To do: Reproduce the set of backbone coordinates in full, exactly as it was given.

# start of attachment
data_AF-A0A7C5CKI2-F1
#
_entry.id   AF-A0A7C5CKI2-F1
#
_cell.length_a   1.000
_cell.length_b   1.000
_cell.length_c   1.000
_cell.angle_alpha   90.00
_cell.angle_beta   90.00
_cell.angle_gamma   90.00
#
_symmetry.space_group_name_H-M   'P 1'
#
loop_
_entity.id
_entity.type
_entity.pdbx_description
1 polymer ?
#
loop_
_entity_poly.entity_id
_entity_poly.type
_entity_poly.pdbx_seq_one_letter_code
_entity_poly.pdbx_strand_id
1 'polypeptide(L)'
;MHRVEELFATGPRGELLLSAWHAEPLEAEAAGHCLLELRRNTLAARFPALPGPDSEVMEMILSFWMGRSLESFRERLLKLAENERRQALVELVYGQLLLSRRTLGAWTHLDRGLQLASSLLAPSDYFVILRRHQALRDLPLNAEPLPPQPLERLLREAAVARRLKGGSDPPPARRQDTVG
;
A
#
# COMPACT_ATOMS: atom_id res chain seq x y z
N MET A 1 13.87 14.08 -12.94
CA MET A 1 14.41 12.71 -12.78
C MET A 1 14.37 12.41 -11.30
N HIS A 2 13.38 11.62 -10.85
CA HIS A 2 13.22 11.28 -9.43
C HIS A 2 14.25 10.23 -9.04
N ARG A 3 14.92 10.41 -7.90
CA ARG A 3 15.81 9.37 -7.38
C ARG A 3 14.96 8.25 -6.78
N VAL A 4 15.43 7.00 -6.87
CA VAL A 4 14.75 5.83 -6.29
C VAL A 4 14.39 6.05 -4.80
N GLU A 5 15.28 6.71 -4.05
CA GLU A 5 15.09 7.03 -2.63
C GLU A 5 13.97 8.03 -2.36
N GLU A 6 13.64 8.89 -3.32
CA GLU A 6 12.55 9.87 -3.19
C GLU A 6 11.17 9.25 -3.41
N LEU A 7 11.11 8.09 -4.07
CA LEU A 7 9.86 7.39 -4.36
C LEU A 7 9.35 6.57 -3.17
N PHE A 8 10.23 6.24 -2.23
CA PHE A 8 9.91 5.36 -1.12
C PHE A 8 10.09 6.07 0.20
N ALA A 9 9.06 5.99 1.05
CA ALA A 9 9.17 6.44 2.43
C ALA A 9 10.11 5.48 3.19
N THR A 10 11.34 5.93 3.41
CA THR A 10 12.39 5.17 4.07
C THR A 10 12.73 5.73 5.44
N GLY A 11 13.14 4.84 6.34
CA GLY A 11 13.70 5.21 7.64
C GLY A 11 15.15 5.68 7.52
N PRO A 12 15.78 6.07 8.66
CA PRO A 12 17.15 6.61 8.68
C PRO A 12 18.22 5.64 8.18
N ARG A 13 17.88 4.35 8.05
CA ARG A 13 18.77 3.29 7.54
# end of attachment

data_AF-A0A7C5CKI2-F1
#
_entry.id   AF-A0A7C5CKI2-F1
#
_cell.length_a   1.000
_cell.length_b   1.000
_cell.length_c   1.000
_cell.angle_alpha   90.00
_cell.angle_beta   90.00
_cell.angle_gamma   90.00
#
_symmetry.space_group_name_H-M   'P 1'
#
loop_
_entity.id
_entity.type
_entity.pdbx_description
1 polymer ?
#
loop_
_entity_poly.entity_id
_entity_poly.type
_entity_poly.pdbx_seq_one_letter_code
_entity_poly.pdbx_strand_id
1 'polypeptide(L)'
;MHRVEELFATGPRGELLLSAWHAEPLEAEAAGHCLLELRRNTLAARFPALPGPDSEVMEMILSFWMGRSLESFRERLLKLAENERRQALVELVYGQLLLSRRTLGAWTHLDRGLQLASSLLAPSDYFVILRRHQALRDLPLNAEPLPPQPLERLLREAAVARRLKGGSDPPPARRQDTVG
;
A
#
# COMPACT_ATOMS: atom_id res chain seq x y z
N MET A 1 13.87 14.08 -12.94
CA MET A 1 14.41 12.71 -12.78
C MET A 1 14.37 12.41 -11.30
N HIS A 2 13.38 11.62 -10.85
CA HIS A 2 13.22 11.28 -9.43
C HIS A 2 14.25 10.23 -9.04
N ARG A 3 14.92 10.41 -7.90
CA ARG A 3 15.81 9.37 -7.38
C ARG A 3 14.96 8.25 -6.78
N VAL A 4 15.43 7.00 -6.87
CA VAL A 4 14.75 5.83 -6.29
C VAL A 4 14.39 6.05 -4.80
N GLU A 5 15.28 6.71 -4.05
CA GLU A 5 15.09 7.03 -2.63
C GLU A 5 13.97 8.03 -2.36
N GLU A 6 13.64 8.89 -3.32
CA GLU A 6 12.55 9.87 -3.19
C GLU A 6 11.17 9.25 -3.41
N LEU A 7 11.11 8.09 -4.07
CA LEU A 7 9.86 7.39 -4.36
C LEU A 7 9.35 6.57 -3.17
N PHE A 8 10.23 6.24 -2.23
CA PHE A 8 9.91 5.36 -1.12
C PHE A 8 10.09 6.07 0.20
N ALA A 9 9.06 5.99 1.05
CA ALA A 9 9.17 6.44 2.43
C ALA A 9 10.11 5.48 3.19
N THR A 10 11.34 5.93 3.41
CA THR A 10 12.39 5.17 4.07
C THR A 10 12.73 5.73 5.44
N GLY A 11 13.14 4.84 6.34
CA GLY A 11 13.70 5.21 7.64
C GLY A 11 15.15 5.68 7.52
N PRO A 12 15.78 6.07 8.66
CA PRO A 12 17.15 6.61 8.68
C PRO A 12 18.22 5.64 8.18
N ARG A 13 17.88 4.35 8.05
CA ARG A 13 18.77 3.29 7.54